Today I’m sharing a guest post that explains some excellent, but overlooked options for students who are interested in attending a music conservatory or an art and design school, which are often extremely expensive options with poor financial aid. The author is Stuart Nachbar, who is president of EducatedQuest.com, a college admissions blog and guide to some of the best values in higher education.
I attended my son Ben’s graduation from Beloit College yesterday and I’ll devote my next post to in that wonderful milestone.. Lynn O’Shaughnessy
By Stuart Nachbar
I have a nephew, currently a high school junior, who is very talented. He loves to sing and play the flute, the oboe and the piano. He has had a solo in every musical he has appeared in since middle school. He has made All-State Chorus twice. He loves singing more than anything and wants to study voice in college.
His mother, a high school teacher, is understandably worried. It’s obviously hard to make it to Broadway. Teaching, a traditional fall-back for artists, musicians and writers, is not a secure alternative. She is insistent on her son having a ‘Plan B’.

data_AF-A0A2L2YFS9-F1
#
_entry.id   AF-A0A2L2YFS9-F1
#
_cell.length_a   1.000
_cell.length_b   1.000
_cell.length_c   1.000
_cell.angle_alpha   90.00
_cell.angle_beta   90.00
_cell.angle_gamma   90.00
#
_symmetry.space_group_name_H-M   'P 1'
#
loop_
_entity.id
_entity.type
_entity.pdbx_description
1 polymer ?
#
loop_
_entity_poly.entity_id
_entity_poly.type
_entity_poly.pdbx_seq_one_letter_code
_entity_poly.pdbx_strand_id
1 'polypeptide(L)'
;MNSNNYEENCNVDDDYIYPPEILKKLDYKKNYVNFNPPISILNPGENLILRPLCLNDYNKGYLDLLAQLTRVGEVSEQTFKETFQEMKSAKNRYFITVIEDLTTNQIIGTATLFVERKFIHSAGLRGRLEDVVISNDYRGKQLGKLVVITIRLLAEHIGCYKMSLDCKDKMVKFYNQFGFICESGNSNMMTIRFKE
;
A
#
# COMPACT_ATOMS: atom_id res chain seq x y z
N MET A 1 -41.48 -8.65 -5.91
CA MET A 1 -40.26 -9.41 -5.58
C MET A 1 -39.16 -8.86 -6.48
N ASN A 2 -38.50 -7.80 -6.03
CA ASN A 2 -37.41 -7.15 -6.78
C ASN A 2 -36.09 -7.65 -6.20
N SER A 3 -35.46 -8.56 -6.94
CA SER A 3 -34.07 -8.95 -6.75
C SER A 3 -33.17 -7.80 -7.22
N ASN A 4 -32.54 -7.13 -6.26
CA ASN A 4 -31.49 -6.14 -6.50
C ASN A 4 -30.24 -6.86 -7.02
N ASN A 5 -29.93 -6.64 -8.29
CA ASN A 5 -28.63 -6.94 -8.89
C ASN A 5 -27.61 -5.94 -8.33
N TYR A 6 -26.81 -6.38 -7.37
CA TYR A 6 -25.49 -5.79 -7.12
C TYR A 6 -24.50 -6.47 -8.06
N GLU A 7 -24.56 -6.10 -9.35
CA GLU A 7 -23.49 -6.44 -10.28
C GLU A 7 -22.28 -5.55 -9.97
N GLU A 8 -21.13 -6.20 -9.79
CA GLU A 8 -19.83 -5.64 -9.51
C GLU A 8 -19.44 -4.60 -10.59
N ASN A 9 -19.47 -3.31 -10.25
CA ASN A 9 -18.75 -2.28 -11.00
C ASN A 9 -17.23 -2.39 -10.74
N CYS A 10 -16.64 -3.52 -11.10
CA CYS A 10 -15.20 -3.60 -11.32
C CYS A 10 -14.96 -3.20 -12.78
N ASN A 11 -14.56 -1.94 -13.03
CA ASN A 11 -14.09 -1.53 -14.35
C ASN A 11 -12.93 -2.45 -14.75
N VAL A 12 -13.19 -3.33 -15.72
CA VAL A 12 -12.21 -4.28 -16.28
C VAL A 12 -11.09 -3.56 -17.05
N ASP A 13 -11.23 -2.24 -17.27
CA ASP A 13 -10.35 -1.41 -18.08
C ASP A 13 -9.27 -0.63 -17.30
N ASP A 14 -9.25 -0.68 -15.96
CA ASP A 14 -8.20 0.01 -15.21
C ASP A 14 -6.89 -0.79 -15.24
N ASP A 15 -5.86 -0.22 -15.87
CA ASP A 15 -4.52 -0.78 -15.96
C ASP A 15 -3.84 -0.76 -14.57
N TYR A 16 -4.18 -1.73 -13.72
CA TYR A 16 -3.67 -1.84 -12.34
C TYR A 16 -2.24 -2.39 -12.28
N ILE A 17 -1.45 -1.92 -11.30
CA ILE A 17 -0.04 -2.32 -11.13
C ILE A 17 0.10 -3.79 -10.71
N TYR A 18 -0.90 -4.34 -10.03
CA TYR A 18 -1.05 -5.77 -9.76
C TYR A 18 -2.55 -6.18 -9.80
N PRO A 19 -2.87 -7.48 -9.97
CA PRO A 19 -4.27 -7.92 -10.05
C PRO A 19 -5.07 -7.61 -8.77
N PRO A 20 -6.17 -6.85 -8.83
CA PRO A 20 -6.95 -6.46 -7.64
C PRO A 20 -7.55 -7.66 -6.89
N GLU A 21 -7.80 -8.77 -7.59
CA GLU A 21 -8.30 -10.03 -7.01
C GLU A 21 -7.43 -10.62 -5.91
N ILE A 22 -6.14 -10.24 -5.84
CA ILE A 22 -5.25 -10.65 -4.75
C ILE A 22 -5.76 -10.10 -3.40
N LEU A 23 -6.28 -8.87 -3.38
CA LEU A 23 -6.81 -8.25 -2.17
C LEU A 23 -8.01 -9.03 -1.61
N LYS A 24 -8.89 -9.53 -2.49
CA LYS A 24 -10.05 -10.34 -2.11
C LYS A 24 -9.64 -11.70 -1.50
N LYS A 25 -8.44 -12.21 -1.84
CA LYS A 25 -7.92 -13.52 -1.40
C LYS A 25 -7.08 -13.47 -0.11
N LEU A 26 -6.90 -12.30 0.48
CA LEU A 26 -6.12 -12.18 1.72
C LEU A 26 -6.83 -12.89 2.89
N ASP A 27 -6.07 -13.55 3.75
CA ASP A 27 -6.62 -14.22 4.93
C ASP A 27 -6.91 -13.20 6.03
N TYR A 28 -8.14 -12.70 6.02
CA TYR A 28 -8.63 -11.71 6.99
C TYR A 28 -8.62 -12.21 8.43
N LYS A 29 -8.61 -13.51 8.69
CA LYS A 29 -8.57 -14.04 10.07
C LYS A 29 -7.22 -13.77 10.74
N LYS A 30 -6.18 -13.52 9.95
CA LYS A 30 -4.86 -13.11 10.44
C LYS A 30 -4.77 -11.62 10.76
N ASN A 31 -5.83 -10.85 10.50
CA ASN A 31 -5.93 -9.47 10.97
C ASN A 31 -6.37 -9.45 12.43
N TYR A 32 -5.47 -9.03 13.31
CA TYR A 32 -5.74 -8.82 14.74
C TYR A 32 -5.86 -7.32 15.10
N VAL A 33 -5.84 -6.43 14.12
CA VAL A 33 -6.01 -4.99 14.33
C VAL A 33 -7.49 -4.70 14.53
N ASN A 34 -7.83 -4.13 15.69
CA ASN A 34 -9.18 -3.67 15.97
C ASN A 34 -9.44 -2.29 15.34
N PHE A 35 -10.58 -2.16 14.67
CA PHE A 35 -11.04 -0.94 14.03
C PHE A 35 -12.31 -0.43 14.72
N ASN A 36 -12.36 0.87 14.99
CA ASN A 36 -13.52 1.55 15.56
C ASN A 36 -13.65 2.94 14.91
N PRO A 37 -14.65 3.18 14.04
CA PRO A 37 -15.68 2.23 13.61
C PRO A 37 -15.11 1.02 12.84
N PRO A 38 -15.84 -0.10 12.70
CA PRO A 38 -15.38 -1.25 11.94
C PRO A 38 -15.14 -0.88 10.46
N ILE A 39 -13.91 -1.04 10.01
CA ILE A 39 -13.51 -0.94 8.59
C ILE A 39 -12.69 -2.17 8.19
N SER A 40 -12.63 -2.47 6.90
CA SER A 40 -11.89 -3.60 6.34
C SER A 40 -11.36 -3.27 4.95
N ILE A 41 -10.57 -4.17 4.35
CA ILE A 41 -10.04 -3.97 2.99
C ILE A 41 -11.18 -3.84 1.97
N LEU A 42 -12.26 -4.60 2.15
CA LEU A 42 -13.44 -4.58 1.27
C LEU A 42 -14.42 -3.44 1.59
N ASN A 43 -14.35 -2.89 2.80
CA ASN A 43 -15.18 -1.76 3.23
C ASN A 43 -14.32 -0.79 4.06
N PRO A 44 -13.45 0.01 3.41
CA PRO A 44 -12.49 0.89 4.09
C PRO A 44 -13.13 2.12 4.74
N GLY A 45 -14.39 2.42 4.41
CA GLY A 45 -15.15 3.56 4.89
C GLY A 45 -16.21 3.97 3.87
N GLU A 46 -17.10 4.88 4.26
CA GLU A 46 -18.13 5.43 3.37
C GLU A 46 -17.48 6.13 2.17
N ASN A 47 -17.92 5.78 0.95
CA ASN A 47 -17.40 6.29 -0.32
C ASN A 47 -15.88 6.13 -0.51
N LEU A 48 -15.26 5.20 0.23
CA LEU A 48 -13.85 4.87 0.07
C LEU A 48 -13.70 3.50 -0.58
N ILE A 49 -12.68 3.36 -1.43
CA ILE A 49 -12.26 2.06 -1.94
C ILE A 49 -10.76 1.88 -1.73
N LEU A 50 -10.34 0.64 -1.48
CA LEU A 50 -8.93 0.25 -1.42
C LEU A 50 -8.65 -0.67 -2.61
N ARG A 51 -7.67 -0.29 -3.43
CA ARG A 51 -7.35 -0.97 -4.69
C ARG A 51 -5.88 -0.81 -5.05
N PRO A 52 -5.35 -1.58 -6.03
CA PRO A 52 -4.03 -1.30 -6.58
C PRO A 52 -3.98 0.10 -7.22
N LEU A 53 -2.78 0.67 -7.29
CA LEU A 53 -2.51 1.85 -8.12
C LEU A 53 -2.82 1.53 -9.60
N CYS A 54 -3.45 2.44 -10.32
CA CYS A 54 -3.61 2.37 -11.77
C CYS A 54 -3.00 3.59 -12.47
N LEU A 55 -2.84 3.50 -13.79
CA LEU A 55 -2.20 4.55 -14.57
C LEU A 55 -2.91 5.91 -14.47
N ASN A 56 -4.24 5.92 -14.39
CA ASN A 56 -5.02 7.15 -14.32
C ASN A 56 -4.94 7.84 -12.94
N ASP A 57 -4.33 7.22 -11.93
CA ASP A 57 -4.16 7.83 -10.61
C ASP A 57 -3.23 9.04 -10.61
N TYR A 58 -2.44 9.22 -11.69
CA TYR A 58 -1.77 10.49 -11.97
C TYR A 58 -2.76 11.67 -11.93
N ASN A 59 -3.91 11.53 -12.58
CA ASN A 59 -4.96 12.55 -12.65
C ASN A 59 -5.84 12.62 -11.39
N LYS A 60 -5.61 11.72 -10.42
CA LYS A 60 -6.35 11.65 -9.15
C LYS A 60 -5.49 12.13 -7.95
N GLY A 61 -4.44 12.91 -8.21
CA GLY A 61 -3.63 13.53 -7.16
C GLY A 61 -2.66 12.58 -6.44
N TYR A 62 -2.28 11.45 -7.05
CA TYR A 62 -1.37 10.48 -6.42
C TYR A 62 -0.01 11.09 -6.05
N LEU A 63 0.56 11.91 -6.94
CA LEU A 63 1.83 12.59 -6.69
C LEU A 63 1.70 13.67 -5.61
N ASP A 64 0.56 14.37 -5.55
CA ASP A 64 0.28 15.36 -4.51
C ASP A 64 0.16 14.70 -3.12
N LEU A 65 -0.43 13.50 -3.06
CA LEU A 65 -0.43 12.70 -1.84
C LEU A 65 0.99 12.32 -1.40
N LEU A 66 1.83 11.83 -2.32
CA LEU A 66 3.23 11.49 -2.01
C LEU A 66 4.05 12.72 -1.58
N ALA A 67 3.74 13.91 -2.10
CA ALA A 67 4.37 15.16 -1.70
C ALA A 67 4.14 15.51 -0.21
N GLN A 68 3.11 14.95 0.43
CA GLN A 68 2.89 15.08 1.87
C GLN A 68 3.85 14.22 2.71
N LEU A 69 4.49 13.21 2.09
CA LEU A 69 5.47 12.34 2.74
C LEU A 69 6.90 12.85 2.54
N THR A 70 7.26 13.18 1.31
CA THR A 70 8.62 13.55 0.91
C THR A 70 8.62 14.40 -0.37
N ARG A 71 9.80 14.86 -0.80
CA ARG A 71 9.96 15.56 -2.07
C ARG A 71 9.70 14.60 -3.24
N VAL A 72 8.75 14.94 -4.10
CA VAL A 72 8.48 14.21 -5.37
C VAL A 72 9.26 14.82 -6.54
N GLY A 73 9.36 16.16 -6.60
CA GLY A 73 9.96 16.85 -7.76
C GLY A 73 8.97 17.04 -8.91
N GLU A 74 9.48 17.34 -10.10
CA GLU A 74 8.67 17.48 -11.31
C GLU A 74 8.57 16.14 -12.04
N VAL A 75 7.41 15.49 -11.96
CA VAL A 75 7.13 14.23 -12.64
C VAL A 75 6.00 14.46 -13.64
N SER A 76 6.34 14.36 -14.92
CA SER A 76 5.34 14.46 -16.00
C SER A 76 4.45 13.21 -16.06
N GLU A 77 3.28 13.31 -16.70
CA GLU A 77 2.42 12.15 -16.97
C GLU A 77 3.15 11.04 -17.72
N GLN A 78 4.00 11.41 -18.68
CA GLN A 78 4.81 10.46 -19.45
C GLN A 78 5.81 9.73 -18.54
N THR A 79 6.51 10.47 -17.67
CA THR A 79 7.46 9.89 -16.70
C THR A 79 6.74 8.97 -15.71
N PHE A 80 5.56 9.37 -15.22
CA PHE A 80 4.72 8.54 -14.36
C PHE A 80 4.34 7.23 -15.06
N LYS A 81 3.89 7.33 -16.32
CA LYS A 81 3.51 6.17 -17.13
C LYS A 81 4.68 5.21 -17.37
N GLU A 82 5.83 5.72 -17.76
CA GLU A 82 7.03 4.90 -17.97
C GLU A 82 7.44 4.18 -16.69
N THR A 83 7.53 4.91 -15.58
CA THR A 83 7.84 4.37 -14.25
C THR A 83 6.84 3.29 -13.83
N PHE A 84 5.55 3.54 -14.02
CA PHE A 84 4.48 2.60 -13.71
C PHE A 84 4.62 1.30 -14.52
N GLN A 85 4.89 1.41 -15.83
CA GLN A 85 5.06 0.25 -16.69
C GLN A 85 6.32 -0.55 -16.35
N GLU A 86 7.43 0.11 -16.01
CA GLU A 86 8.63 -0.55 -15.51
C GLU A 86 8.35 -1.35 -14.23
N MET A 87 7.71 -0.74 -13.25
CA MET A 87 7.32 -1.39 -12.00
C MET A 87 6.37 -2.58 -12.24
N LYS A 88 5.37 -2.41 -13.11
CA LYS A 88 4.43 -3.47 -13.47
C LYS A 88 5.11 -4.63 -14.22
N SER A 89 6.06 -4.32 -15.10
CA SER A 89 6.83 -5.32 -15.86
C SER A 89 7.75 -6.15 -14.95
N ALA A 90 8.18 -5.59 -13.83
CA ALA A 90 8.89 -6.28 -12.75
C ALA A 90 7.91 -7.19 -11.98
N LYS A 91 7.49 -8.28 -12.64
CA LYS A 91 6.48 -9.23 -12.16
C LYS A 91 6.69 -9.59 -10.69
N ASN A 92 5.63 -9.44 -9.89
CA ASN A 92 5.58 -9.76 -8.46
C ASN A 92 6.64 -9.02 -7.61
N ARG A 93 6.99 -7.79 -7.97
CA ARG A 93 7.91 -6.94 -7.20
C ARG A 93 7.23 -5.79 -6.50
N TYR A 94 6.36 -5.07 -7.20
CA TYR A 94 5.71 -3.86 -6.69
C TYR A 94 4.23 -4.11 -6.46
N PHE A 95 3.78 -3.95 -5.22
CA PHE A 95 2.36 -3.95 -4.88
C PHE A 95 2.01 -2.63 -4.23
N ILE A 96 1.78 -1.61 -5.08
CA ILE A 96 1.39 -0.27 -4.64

The Plan B is better supported by a liberal arts college or a larger university than a specialized music conservatory or an art and design school. Here’s why:
Reason No. 1:
Students need to consider whether they want to work for themselves or for others. Artist-entrepreneurs as well as creative workers need business acumen. The artist-entrepreneur needs to understand career management, marketing and accounting. The creative worker needs to understand how business and consumer purchasing decisions are made. Marketing is useful to know, but so are economics, geography, psychology and sociology.
You’re less likely to see these offerings in a conservatory setting, although the best, such as the Juilliard School, are equipped to advise the artist-entrepreneur. However, Juilliard is more the exception than the rule. So are art schools such as Parsons, the New School for Design. You might recognize that school as the workroom site for Project Runway, the Emmy Award-winning fashion reality show.
Reason No. 2: